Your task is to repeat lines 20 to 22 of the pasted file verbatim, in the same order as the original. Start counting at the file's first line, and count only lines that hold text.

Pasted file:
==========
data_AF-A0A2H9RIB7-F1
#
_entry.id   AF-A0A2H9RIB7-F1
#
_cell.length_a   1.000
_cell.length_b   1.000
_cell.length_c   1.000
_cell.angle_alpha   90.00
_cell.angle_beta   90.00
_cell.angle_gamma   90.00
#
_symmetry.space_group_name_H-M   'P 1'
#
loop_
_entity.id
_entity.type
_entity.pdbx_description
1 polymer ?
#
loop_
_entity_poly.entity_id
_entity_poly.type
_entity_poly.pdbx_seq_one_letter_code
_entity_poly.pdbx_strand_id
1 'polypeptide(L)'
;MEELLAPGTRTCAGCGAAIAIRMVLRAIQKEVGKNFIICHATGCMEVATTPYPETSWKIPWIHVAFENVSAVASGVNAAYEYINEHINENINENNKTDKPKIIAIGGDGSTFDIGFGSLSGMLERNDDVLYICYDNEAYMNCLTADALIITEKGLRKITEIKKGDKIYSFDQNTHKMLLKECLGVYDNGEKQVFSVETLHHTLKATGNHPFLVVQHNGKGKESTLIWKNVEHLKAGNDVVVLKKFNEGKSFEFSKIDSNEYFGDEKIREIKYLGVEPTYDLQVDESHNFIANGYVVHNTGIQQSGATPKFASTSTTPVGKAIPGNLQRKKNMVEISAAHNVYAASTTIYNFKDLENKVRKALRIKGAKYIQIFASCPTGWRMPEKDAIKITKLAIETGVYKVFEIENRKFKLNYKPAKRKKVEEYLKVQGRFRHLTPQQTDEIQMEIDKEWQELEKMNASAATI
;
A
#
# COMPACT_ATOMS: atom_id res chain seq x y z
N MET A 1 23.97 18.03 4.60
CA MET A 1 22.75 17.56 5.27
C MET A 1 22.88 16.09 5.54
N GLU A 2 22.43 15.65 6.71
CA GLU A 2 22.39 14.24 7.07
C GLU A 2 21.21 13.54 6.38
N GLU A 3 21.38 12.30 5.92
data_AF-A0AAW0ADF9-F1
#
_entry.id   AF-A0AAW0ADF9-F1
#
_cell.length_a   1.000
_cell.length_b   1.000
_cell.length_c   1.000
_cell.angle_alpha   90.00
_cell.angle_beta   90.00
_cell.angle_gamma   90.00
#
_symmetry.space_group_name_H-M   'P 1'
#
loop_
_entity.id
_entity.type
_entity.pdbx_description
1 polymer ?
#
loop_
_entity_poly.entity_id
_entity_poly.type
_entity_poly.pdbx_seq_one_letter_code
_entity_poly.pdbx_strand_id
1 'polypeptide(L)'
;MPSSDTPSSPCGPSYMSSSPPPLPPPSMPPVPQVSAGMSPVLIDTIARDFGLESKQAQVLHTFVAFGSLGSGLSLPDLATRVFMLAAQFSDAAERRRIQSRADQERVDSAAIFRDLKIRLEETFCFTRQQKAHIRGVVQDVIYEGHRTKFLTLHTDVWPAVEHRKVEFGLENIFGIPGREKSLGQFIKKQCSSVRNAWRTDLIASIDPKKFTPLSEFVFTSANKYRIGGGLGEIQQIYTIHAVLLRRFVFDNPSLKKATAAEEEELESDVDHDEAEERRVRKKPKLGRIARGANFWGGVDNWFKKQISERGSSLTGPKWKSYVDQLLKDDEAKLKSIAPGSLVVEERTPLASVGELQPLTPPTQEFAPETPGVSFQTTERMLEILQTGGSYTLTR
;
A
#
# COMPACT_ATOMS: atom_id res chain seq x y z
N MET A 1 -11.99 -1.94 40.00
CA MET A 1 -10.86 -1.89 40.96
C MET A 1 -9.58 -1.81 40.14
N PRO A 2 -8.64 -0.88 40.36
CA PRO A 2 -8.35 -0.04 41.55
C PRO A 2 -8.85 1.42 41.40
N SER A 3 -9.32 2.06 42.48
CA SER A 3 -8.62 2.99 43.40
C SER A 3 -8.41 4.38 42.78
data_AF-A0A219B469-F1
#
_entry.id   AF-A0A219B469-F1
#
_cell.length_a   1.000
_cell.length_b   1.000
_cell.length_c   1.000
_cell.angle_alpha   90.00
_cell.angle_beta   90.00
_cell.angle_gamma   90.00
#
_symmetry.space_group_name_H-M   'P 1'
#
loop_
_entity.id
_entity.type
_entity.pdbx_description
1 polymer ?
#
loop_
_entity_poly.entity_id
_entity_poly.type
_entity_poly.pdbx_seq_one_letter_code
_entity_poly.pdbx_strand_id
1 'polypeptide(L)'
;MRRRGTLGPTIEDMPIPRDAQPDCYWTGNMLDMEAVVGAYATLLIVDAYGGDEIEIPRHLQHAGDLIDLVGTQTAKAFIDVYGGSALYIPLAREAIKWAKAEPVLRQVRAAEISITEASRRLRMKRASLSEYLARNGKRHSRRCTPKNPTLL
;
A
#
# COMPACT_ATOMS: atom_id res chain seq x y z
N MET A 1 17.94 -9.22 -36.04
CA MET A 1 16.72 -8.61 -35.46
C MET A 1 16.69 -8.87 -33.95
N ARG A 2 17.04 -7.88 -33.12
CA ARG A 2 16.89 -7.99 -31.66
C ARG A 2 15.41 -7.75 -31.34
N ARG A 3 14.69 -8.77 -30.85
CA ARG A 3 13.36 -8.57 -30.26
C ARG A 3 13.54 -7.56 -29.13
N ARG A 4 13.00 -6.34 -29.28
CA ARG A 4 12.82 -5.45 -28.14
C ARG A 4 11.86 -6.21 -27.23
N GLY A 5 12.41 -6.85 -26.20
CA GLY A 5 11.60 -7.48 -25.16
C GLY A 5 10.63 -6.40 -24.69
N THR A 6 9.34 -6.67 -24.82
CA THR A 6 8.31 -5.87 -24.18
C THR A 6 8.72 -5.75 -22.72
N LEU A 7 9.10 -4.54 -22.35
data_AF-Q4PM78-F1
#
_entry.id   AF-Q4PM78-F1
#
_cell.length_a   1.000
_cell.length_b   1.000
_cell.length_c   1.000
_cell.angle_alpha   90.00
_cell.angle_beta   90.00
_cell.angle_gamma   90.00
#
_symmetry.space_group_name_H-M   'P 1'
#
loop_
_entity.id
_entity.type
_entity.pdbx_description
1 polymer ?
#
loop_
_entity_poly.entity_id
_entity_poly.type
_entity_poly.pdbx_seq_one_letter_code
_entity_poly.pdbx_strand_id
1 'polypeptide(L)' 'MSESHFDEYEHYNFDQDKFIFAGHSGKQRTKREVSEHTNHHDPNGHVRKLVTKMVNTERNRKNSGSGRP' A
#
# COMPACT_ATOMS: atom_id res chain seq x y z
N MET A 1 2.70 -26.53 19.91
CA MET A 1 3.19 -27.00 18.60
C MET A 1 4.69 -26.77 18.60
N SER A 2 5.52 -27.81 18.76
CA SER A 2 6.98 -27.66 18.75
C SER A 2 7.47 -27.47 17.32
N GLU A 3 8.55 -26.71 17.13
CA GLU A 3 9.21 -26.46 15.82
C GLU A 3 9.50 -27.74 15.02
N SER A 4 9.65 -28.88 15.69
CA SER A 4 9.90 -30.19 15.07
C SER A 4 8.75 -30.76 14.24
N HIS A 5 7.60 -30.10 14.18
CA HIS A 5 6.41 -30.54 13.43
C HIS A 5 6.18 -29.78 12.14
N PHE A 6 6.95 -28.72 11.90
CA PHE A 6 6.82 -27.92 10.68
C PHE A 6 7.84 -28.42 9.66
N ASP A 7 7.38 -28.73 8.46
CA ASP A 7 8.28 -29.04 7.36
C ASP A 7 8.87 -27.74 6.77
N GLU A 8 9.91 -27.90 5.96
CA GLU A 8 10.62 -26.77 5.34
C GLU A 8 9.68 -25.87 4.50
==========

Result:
loop_
_entity_poly.entity_id
_entity_poly.type